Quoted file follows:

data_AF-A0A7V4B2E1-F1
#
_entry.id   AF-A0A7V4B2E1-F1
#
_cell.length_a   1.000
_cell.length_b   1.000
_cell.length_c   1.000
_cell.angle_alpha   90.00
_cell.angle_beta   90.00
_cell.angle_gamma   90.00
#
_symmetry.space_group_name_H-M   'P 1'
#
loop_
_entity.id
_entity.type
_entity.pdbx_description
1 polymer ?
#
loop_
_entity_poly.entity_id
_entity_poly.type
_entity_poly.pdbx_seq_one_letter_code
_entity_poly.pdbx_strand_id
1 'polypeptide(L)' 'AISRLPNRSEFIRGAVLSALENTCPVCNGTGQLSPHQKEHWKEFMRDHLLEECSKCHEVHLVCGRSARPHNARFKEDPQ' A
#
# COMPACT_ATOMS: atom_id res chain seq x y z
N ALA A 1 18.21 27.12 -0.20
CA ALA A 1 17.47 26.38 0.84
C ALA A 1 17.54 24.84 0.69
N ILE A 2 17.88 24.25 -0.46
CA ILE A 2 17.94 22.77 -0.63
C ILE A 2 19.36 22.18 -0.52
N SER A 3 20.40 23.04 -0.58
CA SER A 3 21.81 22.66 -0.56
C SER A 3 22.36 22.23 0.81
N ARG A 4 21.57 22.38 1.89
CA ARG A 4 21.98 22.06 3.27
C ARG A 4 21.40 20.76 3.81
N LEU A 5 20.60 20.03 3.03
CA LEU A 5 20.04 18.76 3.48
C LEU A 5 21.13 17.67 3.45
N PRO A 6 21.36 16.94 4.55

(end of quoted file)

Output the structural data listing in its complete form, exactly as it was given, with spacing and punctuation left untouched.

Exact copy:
data_AF-A0A7V4B2E1-F1
#
_entry.id   AF-A0A7V4B2E1-F1
#
_cell.length_a   1.000
_cell.length_b   1.000
_cell.length_c   1.000
_cell.angle_alpha   90.00
_cell.angle_beta   90.00
_cell.angle_gamma   90.00
#
_symmetry.space_group_name_H-M   'P 1'
#
loop_
_entity.id
_entity.type
_entity.pdbx_description
1 polymer ?
#
loop_
_entity_poly.entity_id
_entity_poly.type
_entity_poly.pdbx_seq_one_letter_code
_entity_poly.pdbx_strand_id
1 'polypeptide(L)' 'AISRLPNRSEFIRGAVLSALENTCPVCNGTGQLSPHQKEHWKEFMRDHLLEECSKCHEVHLVCGRSARPHNARFKEDPQ' A
#
# COMPACT_ATOMS: atom_id res chain seq x y z
N ALA A 1 18.21 27.12 -0.20
CA ALA A 1 17.47 26.38 0.84
C ALA A 1 17.54 24.84 0.69
N ILE A 2 17.88 24.25 -0.46
CA ILE A 2 17.94 22.77 -0.63
C ILE A 2 19.36 22.18 -0.52
N SER A 3 20.40 23.04 -0.58
CA SER A 3 21.81 22.66 -0.56
C SER A 3 22.36 22.23 0.81
N ARG A 4 21.57 22.38 1.89
CA ARG A 4 21.98 22.06 3.27
C ARG A 4 21.40 20.76 3.81
N LEU A 5 20.60 20.03 3.03
CA LEU A 5 20.04 18.76 3.48
C LEU A 5 21.13 17.67 3.45
N PRO A 6 21.36 16.94 4.55